• The structure of your website's full text
  • How users interact with your site
  • The desired user experience

The structure of your website's content includes the hierarchy of your pages and the relationships between them. This is called hierarchical website navigation. The way users interact with your site includes how they navigate through your content and what actions they take while on your site. The desired user experience is the overall feeling you want your users to have when using your site. Do you want them to feel informed, empowered, or entertained? These are important questions to ask yourself when designing your site.

Why make a navigation model?

Creating a navigation model isn't just beneficial for your end-user, it's also beneficial to your company's bottom line. Generally speaking, if you can assemble a perfect content navigation model, you can better guide prospective customers down your sales funnel and boost the usability of your product.

This makes streamlining the customer journey much simpler and provides a great opportunity to boost your website's conversions.

Types of website navigation

Website navigation is a more extensive topic than it seems. There are three main types of website navigation: hierarchical navigation, global navigation, and local website navigation. Let's discuss each type below:

Hierarchical website navigation

Hierarchical navigation is the most common type of website navigation. It's also sometimes called "tree-like navigation" because it mirrors how content is organized in a file system.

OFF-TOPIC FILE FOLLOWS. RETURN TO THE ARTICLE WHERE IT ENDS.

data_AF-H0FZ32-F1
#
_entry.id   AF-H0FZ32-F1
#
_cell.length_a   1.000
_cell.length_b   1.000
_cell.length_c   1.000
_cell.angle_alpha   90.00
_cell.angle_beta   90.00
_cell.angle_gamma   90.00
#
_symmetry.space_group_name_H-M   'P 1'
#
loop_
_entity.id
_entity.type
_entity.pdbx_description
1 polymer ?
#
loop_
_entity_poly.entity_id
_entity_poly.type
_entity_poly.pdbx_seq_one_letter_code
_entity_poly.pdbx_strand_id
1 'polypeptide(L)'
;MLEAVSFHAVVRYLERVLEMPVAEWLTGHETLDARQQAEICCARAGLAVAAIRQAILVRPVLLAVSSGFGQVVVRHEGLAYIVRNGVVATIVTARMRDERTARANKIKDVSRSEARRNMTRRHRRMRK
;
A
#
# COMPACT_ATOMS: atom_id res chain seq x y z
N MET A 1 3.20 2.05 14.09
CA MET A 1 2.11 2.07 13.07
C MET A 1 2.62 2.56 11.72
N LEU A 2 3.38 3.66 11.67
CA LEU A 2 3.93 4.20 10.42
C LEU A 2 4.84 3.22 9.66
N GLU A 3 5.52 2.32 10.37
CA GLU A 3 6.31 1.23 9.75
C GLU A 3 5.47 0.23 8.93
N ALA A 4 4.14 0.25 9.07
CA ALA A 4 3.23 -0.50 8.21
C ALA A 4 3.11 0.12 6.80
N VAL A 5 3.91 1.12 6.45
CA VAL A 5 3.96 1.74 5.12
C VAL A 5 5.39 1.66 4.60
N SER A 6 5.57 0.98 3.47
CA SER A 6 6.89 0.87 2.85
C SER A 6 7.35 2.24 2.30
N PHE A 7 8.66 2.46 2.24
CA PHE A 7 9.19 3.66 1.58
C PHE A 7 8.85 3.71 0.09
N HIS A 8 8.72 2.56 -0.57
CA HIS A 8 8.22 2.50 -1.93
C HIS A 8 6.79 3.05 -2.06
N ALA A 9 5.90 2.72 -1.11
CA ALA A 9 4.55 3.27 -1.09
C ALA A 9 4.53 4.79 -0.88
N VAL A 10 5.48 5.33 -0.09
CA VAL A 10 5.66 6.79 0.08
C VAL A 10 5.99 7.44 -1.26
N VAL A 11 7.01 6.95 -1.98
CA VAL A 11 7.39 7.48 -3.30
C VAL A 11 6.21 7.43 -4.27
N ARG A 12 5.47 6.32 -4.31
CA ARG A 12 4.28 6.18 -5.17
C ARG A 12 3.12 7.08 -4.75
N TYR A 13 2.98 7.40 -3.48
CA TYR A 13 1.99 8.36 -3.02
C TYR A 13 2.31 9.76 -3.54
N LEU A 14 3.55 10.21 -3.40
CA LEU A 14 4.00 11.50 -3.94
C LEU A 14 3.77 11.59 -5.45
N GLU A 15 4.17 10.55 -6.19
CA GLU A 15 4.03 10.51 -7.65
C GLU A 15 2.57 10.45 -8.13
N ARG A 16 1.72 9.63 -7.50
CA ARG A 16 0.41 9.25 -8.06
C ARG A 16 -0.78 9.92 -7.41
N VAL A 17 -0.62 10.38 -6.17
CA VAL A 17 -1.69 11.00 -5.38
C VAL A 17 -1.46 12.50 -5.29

Hierarchical navigation starts with a home page and branches out from there. Each subsequent page has a narrower focus than the one before it. This type of navigation is easy to understand and use because it mirrors how we naturally think about organizing information.

Global navigation

Global navigation is similar to hierarchical navigation in that it also starts with a home page and branches out from there. However, global navigation includes links to all pages on the site on every single page. This type of navigation is beneficial because it allows users to access any page on the site from anywhere on the site. However, it can also be overwhelming for users if there are too many links.

Local website navigation

Local navigation is specific to a single page on a website. It includes links that allow users to navigate within the content of that particular page. This type of navigation is common in long-form articles and blog posts. This allows users to quickly jump to the section of the page they're interested in without having to scroll through all of the content.

Ways of structuring navigation models

There are four ways you can structure your navigation modules:

  1. Sequential navigation
  2. Random navigation
  3. Linear navigation
  4. Hierarchical navigation

Find a more detailed explanation of each navigation structure below:

Sequential navigation